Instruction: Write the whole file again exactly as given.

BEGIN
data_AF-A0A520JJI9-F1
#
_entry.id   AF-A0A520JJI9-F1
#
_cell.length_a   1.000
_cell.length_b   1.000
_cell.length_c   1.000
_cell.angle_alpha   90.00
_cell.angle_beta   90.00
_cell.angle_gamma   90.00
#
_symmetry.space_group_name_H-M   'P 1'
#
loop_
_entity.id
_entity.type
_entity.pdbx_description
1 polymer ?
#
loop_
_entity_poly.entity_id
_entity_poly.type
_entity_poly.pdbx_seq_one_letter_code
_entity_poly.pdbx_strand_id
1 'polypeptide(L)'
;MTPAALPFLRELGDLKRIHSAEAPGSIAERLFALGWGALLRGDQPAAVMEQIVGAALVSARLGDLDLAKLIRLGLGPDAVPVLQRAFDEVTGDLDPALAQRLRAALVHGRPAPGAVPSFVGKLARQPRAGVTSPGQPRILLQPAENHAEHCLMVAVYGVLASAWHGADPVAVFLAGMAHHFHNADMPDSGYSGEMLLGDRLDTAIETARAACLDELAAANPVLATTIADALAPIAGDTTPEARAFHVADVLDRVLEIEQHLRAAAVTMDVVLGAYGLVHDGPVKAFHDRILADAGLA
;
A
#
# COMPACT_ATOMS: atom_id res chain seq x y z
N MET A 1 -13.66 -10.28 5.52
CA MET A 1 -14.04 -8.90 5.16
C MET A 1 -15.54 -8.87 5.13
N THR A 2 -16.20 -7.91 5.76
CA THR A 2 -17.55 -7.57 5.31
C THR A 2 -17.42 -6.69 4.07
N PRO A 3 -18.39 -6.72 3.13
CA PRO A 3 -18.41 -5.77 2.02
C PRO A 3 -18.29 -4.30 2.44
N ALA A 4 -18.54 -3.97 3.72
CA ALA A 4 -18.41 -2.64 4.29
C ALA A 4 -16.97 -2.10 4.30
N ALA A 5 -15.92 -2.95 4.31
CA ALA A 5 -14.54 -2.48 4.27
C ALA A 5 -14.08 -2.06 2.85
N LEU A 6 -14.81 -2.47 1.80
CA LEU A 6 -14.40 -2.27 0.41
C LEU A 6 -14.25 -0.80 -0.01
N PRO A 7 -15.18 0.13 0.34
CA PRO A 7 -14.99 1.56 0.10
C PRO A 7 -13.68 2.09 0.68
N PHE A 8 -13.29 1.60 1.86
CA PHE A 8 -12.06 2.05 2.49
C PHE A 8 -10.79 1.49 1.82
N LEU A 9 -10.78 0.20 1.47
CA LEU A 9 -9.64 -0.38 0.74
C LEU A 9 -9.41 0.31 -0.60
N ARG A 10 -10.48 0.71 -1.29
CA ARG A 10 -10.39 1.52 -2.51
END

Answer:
data_AF-A0A520JJI9-F1
#
_entry.id   AF-A0A520JJI9-F1
#
_cell.length_a   1.000
_cell.length_b   1.000
_cell.length_c   1.000
_cell.angle_alpha   90.00
_cell.angle_beta   90.00
_cell.angle_gamma   90.00
#
_symmetry.space_group_name_H-M   'P 1'
#
loop_
_entity.id
_entity.type
_entity.pdbx_description
1 polymer ?
#
loop_
_entity_poly.entity_id
_entity_poly.type
_entity_poly.pdbx_seq_one_letter_code
_entity_poly.pdbx_strand_id
1 'polypeptide(L)'
;MTPAALPFLRELGDLKRIHSAEAPGSIAERLFALGWGALLRGDQPAAVMEQIVGAALVSARLGDLDLAKLIRLGLGPDAVPVLQRAFDEVTGDLDPALAQRLRAALVHGRPAPGAVPSFVGKLARQPRAGVTSPGQPRILLQPAENHAEHCLMVAVYGVLASAWHGADPVAVFLAGMAHHFHNADMPDSGYSGEMLLGDRLDTAIETARAACLDELAAANPVLATTIADALAPIAGDTTPEARAFHVADVLDRVLEIEQHLRAAAVTMDVVLGAYGLVHDGPVKAFHDRILADAGLA
;
A
#
# COMPACT_ATOMS: atom_id res chain seq x y z
N MET A 1 -13.66 -10.28 5.52
CA MET A 1 -14.04 -8.90 5.16
C MET A 1 -15.54 -8.87 5.13
N THR A 2 -16.20 -7.91 5.76
CA THR A 2 -17.55 -7.57 5.31
C THR A 2 -17.42 -6.69 4.07
N PRO A 3 -18.39 -6.72 3.13
CA PRO A 3 -18.41 -5.77 2.02
C PRO A 3 -18.29 -4.30 2.44
N ALA A 4 -18.54 -3.97 3.72
CA ALA A 4 -18.41 -2.64 4.29
C ALA A 4 -16.97 -2.10 4.30
N ALA A 5 -15.92 -2.95 4.31
CA ALA A 5 -14.54 -2.48 4.27
C ALA A 5 -14.08 -2.06 2.85
N LEU A 6 -14.81 -2.47 1.80
CA LEU A 6 -14.40 -2.27 0.41
C LEU A 6 -14.25 -0.80 -0.01
N PRO A 7 -15.18 0.13 0.34
CA PRO A 7 -14.99 1.56 0.10
C PRO A 7 -13.68 2.09 0.68
N PHE A 8 -13.29 1.60 1.86
CA PHE A 8 -12.06 2.05 2.49
C PHE A 8 -10.79 1.49 1.82
N LEU A 9 -10.78 0.20 1.47
CA LEU A 9 -9.64 -0.38 0.74
C LEU A 9 -9.41 0.31 -0.60
N ARG A 10 -10.48 0.71 -1.29
CA ARG A 10 -10.39 1.52 -2.51